After entering the password, the user’s public key will be appended in the “~/.ssh/authorized_keys” folder of the remote server.
Number of key(s) added: 1 Now try logging into the machine, with: "ssh 'firstname.lastname@example.org'" and check to make sure that only the key(s) you wanted were added.
Now you can log into that account without a password by typing:
2. Without using SSH-Copy-ID
If you do not have SSH-Copy-ID available , but have a password based SSH access to the server, you can copy the contents of your public key into a different way as:
cat ~/.ssh/id_rsa.pub | ssh username@remote_host "mkdir -p ~/.ssh && cat >> ~/.ssh/authorized_keys"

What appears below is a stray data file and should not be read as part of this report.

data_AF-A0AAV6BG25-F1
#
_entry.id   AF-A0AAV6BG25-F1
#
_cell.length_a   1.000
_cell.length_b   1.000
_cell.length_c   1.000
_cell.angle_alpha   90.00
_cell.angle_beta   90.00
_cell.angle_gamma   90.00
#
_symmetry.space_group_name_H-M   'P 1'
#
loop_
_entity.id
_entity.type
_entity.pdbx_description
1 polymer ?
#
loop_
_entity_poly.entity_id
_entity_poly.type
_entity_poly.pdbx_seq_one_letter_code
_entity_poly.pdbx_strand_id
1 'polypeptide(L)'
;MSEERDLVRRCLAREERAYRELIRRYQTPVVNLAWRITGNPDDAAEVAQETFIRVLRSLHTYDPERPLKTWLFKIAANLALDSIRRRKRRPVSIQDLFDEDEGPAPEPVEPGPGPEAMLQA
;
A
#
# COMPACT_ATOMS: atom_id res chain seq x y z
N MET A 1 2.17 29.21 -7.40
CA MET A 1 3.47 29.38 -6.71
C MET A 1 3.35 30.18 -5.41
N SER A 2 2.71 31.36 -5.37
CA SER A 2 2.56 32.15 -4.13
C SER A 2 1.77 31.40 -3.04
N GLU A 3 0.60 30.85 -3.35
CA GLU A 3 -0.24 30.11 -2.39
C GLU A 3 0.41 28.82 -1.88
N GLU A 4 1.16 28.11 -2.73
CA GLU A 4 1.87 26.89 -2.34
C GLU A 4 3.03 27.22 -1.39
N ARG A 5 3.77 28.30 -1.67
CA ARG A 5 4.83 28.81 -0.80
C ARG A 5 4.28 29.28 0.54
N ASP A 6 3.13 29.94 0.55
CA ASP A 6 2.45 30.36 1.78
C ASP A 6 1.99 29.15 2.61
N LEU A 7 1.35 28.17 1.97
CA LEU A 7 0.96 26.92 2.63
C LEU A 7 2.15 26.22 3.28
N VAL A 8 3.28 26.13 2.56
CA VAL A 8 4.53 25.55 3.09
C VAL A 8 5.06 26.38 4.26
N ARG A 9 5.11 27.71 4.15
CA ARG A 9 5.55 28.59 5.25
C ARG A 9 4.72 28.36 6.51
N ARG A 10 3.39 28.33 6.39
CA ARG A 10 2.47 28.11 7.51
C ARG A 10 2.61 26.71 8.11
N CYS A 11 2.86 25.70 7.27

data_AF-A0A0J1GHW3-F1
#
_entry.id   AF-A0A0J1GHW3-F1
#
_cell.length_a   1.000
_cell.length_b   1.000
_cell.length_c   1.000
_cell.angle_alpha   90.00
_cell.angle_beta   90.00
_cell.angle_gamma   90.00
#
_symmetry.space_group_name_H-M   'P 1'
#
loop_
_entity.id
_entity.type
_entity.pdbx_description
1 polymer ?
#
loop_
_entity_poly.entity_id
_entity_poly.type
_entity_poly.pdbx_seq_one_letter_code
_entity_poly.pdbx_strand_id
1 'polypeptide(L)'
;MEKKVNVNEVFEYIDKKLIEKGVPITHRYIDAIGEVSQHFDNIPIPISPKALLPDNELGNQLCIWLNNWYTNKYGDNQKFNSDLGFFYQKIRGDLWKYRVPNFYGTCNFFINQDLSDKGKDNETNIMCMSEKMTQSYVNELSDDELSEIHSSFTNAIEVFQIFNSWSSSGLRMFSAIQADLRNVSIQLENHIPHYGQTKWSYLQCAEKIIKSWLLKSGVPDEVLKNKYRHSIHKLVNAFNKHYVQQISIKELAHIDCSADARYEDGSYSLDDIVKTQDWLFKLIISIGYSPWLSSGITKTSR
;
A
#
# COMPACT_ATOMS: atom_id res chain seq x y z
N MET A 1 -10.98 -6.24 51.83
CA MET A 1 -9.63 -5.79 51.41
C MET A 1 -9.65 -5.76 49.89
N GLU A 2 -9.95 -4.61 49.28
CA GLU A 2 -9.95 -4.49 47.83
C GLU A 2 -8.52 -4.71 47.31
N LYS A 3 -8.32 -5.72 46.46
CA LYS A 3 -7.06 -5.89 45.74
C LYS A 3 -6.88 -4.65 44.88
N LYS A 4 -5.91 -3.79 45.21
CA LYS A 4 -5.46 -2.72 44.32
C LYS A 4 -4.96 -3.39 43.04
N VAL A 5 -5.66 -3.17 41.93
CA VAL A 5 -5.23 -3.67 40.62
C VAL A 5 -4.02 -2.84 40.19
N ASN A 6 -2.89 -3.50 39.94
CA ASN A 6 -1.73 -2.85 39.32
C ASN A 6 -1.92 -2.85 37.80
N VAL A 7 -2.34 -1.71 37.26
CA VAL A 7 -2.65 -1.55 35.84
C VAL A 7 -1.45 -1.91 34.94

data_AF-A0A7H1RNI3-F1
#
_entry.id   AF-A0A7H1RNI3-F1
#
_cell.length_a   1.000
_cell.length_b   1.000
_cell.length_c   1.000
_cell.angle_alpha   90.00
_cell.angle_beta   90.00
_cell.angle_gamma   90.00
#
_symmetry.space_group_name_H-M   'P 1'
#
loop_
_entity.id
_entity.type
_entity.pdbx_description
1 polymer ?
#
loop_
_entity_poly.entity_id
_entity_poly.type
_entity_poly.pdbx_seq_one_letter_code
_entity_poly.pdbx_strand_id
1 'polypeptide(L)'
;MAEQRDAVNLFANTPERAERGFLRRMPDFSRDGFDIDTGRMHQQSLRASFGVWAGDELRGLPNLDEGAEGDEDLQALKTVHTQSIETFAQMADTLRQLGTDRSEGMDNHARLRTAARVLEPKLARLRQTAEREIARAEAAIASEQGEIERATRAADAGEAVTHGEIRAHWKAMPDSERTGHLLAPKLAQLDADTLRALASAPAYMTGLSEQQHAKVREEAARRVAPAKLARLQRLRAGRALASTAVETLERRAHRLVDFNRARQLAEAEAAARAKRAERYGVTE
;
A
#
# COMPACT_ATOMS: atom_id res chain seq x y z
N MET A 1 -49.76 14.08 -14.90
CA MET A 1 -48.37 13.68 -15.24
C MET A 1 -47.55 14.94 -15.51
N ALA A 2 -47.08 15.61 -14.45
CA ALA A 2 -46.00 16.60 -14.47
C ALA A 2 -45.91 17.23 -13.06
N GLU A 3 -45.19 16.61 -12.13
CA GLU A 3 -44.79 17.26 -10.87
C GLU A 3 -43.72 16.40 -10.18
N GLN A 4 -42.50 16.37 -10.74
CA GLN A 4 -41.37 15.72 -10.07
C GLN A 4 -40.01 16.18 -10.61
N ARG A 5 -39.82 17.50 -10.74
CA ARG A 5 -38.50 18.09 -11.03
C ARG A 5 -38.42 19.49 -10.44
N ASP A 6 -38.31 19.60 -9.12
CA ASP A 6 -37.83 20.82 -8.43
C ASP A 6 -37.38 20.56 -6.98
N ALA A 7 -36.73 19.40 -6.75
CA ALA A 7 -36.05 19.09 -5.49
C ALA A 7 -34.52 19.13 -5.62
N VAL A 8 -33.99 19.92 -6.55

It is ensuring that on the remote server, “~/.ssh” directory exists, and appending the contents of your public key into the “~/.ssh/authorized_keys” file. As soon as your public key will be in its place on the remote server , you can log into your account on the remote server just as in the previous method.
3. Copying the public key manually
If you don’t have password based access to the remote server, you have to enter you public key manually. You can find the contents of your public key manually by typing:
You can then paste the contents appeared on the screen into your remote server’s “~/.ssh/authorized_keys” file.
Connecting to the remote server
As soon as you copy your public key into the above said folder , you can log into your account and connect to your remote server .
If you have same username on your local machine and on your remote server then you can connect using:
And if your username is different ,you have to give the username of your local machine also by typing: